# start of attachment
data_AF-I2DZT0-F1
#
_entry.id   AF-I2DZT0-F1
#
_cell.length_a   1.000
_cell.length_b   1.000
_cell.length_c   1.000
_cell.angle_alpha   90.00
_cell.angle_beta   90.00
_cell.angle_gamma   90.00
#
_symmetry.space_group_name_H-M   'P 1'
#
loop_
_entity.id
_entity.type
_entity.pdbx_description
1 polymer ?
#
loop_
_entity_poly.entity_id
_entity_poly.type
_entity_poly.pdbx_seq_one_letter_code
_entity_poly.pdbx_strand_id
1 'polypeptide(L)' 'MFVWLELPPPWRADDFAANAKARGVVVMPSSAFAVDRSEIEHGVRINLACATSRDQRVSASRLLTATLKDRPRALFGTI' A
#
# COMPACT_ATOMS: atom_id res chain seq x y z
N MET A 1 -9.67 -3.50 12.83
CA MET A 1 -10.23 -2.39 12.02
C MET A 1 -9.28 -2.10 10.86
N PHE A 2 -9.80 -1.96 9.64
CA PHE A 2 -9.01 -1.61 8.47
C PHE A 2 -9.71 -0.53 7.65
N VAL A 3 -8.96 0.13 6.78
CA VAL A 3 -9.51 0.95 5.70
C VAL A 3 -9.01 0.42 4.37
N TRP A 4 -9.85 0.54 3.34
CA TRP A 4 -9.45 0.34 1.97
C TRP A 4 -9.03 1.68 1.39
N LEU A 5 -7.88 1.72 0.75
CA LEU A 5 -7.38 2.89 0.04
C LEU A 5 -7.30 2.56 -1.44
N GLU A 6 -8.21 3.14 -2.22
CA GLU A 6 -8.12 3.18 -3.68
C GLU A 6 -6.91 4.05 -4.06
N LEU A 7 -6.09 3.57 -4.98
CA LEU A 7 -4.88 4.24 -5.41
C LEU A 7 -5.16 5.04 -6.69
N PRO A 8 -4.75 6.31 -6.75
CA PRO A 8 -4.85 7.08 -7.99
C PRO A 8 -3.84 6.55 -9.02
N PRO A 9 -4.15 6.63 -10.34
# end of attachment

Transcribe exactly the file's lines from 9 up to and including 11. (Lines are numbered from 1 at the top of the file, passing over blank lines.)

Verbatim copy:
_cell.angle_beta   90.00
_cell.angle_gamma   90.00
#